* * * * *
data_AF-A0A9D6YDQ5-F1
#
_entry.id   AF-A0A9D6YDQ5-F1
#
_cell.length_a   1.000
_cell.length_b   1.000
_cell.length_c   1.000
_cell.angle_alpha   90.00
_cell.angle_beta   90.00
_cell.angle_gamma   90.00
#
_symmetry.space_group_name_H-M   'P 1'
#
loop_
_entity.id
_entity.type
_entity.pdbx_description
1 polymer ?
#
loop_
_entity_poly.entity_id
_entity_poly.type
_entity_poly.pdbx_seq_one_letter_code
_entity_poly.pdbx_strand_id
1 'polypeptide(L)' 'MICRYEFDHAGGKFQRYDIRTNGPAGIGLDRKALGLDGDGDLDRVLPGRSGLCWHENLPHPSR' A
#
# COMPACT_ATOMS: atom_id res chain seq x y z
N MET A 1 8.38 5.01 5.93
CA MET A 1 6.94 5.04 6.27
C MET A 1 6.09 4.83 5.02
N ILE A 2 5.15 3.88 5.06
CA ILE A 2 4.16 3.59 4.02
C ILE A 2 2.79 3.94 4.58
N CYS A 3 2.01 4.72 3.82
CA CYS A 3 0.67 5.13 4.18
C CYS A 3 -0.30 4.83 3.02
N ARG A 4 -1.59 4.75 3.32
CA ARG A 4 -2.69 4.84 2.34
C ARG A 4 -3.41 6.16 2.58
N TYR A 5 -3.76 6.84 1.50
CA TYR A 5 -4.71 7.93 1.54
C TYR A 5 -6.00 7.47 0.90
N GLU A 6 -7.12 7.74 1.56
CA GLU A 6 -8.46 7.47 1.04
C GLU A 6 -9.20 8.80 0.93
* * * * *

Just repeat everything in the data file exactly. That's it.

data_AF-A0A9D6YDQ5-F1
#
_entry.id   AF-A0A9D6YDQ5-F1
#
_cell.length_a   1.000
_cell.length_b   1.000
_cell.length_c   1.000
_cell.angle_alpha   90.00
_cell.angle_beta   90.00
_cell.angle_gamma   90.00
#
_symmetry.space_group_name_H-M   'P 1'
#
loop_
_entity.id
_entity.type
_entity.pdbx_description
1 polymer ?
#
loop_
_entity_poly.entity_id
_entity_poly.type
_entity_poly.pdbx_seq_one_letter_code
_entity_poly.pdbx_strand_id
1 'polypeptide(L)' 'MICRYEFDHAGGKFQRYDIRTNGPAGIGLDRKALGLDGDGDLDRVLPGRSGLCWHENLPHPSR' A
#
# COMPACT_ATOMS: atom_id res chain seq x y z
N MET A 1 8.38 5.01 5.93
CA MET A 1 6.94 5.04 6.27
C MET A 1 6.09 4.83 5.02
N ILE A 2 5.15 3.88 5.06
CA ILE A 2 4.16 3.59 4.02
C ILE A 2 2.79 3.94 4.58
N CYS A 3 2.01 4.72 3.82
CA CYS A 3 0.67 5.13 4.18
C CYS A 3 -0.30 4.83 3.02
N ARG A 4 -1.59 4.75 3.32
CA ARG A 4 -2.69 4.84 2.34
C ARG A 4 -3.41 6.16 2.58
N TYR A 5 -3.76 6.84 1.50
CA TYR A 5 -4.71 7.93 1.54
C TYR A 5 -6.00 7.47 0.90
N GLU A 6 -7.12 7.74 1.56
CA GLU A 6 -8.46 7.47 1.04
C GLU A 6 -9.20 8.80 0.93